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Veltheimia bracteata. Wikimedia
Recommended for your garden in the south of Spain: Veltheimia bracteata
Gardening

Recommended for your garden in the south of Spain: Veltheimia bracteata

Native to the Eastern Cape of South Africa, Veltheimia bracteata is a deciduous perennial bulb which produces a rosette of fleshy, glossy strap-like leaves and tall flower spikes

Denise Bush

Malaga

Friday, 12 April 2024, 16:26

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The forest lily or winter red-hot poker, botanical name Veltheimia bracteata, is native to the Eastern Cape of South Africa. It is a deciduous perennial bulb which produces a rosette of fleshy, glossy strap-like leaves with wavy margins and tall flower spikes, up to 60cm high, of tubular flowers. The blooms are clustered together at the tops of the stems and can be various shades of pink or greenish yellow. Some may have greenish spots on the tips of the petals.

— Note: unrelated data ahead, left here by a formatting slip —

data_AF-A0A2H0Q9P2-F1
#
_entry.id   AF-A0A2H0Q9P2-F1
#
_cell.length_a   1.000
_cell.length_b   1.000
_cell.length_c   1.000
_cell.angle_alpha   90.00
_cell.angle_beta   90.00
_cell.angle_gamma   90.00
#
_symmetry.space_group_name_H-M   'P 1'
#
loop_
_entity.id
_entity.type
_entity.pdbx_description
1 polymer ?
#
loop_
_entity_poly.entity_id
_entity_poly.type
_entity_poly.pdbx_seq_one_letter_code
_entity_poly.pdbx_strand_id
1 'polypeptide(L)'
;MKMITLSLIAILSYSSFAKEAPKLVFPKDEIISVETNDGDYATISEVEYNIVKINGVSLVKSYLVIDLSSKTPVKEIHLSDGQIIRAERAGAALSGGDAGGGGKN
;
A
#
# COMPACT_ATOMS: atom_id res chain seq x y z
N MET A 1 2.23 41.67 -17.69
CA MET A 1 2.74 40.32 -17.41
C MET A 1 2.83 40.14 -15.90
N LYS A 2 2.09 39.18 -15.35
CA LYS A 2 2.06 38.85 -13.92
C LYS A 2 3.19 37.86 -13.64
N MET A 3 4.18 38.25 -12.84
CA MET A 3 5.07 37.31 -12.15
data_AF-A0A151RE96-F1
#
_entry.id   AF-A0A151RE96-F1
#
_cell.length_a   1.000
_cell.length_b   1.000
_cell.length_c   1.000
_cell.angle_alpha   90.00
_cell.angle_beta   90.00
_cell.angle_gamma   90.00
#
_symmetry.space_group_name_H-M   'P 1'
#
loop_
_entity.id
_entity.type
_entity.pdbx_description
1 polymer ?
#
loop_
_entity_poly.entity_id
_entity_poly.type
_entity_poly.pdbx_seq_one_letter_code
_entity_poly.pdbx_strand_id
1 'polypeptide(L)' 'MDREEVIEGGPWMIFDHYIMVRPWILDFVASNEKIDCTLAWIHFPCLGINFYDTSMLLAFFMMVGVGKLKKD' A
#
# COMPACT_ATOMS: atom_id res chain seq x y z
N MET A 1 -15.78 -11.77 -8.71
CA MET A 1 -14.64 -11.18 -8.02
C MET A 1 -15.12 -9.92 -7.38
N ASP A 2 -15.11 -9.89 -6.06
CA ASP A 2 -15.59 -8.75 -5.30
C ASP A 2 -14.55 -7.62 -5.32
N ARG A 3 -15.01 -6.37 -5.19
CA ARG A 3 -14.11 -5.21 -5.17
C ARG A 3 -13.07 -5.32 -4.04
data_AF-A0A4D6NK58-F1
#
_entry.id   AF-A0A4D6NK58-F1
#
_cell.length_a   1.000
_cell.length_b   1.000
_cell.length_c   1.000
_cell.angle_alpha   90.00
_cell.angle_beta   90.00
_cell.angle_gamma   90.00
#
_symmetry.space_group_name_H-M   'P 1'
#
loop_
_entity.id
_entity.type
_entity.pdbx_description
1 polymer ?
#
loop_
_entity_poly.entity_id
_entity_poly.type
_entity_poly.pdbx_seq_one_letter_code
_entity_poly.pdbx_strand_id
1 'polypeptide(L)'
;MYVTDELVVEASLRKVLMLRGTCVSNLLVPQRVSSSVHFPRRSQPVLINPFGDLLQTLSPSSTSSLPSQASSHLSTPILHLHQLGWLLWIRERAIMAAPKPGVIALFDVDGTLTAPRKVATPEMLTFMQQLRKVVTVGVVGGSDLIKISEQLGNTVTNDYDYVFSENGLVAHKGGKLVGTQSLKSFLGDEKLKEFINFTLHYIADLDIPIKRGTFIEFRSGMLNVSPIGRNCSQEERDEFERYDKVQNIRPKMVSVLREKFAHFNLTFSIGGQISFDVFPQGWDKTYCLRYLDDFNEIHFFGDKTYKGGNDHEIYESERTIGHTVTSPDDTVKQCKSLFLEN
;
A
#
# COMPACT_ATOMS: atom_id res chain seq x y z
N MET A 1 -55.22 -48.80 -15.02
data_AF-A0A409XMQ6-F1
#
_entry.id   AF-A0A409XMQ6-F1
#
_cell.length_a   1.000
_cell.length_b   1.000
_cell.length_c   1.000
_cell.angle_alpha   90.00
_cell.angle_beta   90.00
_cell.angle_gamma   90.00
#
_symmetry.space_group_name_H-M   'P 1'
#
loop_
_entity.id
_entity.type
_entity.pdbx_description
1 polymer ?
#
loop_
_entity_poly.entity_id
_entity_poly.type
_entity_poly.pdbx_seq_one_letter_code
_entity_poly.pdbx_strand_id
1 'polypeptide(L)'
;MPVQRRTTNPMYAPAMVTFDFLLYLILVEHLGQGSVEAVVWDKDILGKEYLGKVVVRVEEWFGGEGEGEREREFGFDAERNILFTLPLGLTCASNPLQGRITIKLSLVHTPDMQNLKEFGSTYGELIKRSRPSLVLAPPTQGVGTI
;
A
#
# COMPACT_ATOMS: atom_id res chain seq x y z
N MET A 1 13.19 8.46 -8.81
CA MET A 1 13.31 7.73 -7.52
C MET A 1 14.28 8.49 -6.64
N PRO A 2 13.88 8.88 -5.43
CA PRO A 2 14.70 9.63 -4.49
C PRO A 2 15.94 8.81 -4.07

This plant is drought tolerant once established and can withstand light frosts. It is dormant during the hottest months of the year and flowers during winter and early spring, each flower spike lasting about a month.

An ideal location, whether it be in a flower bed or a container, would be where it receives partial or full shade.

After flowering, inflated seed capsules containing pear-shaped, black seeds around 6mm long appear. The forest lily grows easily from seed which needs to be harvested as soon as the pods are dry and papery. It can also be propagated from bulblets and from the leaves. A healthy leaf removed from the base of the rosette and planted in a sandy loam will form small bulblets at the base. They should flower after just one season.

The bulbs, once planted, are best left undisturbed and will benefit from the application of a slow release fertiliser during the growing season. They should not be watered or fed during the dormant period (summer, when the leaves have died right back) as the bulb may rot.

Veltheimia bracteata is named after the patron of German botany, Ferdinand Graf von Veltheim (1741-1801). The specific epithet is from the Latin 'bractea' meaning 'with bracts'.

The genus has only two species, V. bracteata and V. capensis although there are several synonyms.

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